Geoff Revill, co-founder of Krowdthink Ltd, developer of the Krowd personal app and an advocate for privacy and digital rights shares the impending challenges, and opportunities, facing companies collecting personal data in light of new regulatory rules, and why the changes will be particularly crucial for the IoT.
“If we don’t give users control of their data the IoT will fail”
This was the stark warning from Stephen Pattison, VP Public Affairs, ARM, at a recent conference at the Alan Turing Institute for Big Data in London.
Coming from a £1Bn company whose business future will be significantly linked to the success of the IoT (almost every high performance low power IoT device will use their processor technology), this is a hugely significant statement.
But there is another key factor coming for the future business success of both the IoT and Big Data. A massive EU regulatory change for which most companies (whether EU based or not) have little or no comprehension of the business impact it heralds.
If your business is using 3rd party software tools you had better be aware of precisely what they do with your customers data when operating on it for you, because now you as the first party become responsible for appropriate fully informed consent.
The Data Protection Act (DPA) is about to be replaced by the General Data Protection Regulation (GDPR), a rewrite of laws that takes into account current commercial business practices and seeks to rebalance the privacy equation back towards the consumer.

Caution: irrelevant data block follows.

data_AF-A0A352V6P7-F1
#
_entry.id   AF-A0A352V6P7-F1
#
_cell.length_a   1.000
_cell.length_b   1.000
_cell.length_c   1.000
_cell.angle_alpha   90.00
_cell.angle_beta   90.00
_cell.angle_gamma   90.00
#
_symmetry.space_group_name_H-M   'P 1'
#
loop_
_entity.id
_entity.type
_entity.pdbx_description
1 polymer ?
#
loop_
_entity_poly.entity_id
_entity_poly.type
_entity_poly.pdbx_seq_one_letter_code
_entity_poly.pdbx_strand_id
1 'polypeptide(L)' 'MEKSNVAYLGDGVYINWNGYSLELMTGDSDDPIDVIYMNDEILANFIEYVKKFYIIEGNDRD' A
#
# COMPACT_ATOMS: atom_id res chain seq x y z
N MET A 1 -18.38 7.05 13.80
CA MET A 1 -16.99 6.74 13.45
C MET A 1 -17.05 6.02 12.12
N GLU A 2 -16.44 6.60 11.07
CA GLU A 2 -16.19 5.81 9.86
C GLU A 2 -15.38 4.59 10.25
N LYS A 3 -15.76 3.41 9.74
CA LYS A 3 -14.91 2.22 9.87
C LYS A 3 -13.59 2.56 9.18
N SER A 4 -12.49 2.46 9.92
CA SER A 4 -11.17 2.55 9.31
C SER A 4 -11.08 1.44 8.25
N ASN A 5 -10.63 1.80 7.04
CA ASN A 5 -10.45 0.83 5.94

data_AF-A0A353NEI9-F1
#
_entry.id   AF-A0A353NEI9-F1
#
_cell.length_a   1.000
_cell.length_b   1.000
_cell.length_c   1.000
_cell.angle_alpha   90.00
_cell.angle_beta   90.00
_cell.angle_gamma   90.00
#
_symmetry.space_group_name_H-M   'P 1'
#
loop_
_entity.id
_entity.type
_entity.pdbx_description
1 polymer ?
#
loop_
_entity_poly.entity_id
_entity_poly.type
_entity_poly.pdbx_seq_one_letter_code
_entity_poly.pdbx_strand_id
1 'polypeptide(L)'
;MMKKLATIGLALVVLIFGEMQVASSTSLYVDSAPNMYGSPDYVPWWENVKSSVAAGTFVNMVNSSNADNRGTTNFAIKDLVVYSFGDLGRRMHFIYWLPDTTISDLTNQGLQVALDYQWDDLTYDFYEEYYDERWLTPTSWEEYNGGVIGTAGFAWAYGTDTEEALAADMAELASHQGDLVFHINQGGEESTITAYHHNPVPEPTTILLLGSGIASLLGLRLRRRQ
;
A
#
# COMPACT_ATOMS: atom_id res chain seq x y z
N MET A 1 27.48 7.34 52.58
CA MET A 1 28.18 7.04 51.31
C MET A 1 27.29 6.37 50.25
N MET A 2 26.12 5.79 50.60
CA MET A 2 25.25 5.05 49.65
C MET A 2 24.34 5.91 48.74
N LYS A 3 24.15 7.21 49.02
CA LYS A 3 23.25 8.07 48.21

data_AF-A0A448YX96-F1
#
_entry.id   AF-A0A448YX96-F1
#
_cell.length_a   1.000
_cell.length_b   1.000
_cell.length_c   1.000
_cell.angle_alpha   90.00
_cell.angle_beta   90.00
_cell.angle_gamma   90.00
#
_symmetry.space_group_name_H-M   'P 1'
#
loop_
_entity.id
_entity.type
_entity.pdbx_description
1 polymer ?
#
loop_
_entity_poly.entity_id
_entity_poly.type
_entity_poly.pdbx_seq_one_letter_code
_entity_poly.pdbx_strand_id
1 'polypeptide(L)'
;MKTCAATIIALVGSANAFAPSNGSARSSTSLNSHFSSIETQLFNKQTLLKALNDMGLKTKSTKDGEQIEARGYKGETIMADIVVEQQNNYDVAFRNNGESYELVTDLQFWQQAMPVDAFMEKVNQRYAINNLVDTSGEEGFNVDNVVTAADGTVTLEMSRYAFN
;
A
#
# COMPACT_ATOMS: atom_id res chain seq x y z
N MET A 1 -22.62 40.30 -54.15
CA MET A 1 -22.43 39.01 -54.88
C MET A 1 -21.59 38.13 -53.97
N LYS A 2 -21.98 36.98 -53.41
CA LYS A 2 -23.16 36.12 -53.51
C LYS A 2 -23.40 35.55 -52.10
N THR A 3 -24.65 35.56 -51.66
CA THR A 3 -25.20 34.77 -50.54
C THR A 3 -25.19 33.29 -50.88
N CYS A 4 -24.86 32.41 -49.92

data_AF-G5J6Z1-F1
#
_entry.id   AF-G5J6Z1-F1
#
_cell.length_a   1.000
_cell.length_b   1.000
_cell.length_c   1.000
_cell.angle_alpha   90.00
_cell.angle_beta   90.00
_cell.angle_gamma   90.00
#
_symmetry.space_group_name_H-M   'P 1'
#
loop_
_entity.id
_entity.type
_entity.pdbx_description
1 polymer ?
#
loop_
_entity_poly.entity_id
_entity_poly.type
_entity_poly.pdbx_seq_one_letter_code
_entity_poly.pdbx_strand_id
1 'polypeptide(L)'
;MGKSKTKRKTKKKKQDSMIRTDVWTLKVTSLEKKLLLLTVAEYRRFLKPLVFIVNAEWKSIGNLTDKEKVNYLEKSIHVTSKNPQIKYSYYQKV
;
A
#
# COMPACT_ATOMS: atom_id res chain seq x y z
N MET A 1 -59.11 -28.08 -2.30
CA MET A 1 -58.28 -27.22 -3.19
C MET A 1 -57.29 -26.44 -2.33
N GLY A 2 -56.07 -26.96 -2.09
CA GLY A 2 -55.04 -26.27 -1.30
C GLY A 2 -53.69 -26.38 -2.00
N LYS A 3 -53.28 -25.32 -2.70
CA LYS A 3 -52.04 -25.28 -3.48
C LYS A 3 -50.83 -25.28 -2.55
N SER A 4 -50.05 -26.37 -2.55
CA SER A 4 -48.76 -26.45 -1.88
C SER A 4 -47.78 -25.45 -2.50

It includes a lot of new powers and many new demands upon businesses. It will call into question not just existing business models, but also the very culture of system and application developers.
If you obtain personal data, you now need to allow individual customers the right and simple ability to delete it! This becomes a massive provenance issue as it includes any personal data at all, this includes meta-data of your customers use of your services; it pertains to them so its personal and thus now subject to the GDPR, which is going to be a headache to separate in existing data models.
Most IT depts don’t delete, they hide (de-index), this is not enough under the GDPR. This is just one of at least 10 seismic new challenges for any digital business, especially in the IoT, where consent issues are so hard to address.
Now normally we see regulatory compliance as a requirement to go through before product release, asking lawyers to rubber stamp what we did as developers. It thus becomes a risk mitigation exercise and a cost burden; a burden many start-ups in particular find hard to carry at initial release.
But in the context of the statement from ARM, whether building IoT systems, or systems that operate on big data that include personal information, this is no longer a burden that can be set aside – because the risks just became killer. The new regulations are much stronger, much more fit for purpose in the digital age (less wriggle room for the lawyers to help you mitigate risk).